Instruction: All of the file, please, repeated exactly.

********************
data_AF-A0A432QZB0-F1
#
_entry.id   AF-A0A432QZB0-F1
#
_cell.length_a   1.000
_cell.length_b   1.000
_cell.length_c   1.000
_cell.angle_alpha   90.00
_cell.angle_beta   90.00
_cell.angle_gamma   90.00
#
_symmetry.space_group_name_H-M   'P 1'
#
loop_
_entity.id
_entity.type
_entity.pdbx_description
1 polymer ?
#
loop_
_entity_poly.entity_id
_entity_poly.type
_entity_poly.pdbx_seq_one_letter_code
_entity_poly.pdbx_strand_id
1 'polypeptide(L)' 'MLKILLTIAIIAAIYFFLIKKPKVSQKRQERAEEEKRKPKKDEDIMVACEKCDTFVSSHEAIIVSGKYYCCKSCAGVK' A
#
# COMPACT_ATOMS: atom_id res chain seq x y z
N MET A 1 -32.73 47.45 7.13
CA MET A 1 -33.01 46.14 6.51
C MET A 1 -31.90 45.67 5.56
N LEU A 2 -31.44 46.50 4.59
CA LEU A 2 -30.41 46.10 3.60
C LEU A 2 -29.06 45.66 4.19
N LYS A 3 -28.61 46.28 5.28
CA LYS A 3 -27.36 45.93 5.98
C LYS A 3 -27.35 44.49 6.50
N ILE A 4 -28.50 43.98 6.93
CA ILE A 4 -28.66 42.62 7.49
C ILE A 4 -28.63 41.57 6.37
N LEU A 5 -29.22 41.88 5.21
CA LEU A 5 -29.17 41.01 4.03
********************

data_AF-A0A432QZB0-F1
#
_entry.id   AF-A0A432QZB0-F1
#
_cell.length_a   1.000
_cell.length_b   1.000
_cell.length_c   1.000
_cell.angle_alpha   90.00
_cell.angle_beta   90.00
_cell.angle_gamma   90.00
#
_symmetry.space_group_name_H-M   'P 1'
#
loop_
_entity.id
_entity.type
_entity.pdbx_description
1 polymer ?
#
loop_
_entity_poly.entity_id
_entity_poly.type
_entity_poly.pdbx_seq_one_letter_code
_entity_poly.pdbx_strand_id
1 'polypeptide(L)' 'MLKILLTIAIIAAIYFFLIKKPKVSQKRQERAEEEKRKPKKDEDIMVACEKCDTFVSSHEAIIVSGKYYCCKSCAGVK' A
#
# COMPACT_ATOMS: atom_id res chain seq x y z
N MET A 1 -32.73 47.45 7.13
CA MET A 1 -33.01 46.14 6.51
C MET A 1 -31.90 45.67 5.56
N LEU A 2 -31.44 46.50 4.59
CA LEU A 2 -30.41 46.10 3.60
C LEU A 2 -29.06 45.66 4.19
N LYS A 3 -28.61 46.28 5.28
CA LYS A 3 -27.36 45.93 5.98
C LYS A 3 -27.35 44.49 6.50
N ILE A 4 -28.50 43.98 6.93
CA ILE A 4 -28.66 42.62 7.49
C ILE A 4 -28.63 41.57 6.37
N LEU A 5 -29.22 41.88 5.21
CA LEU A 5 -29.17 41.01 4.03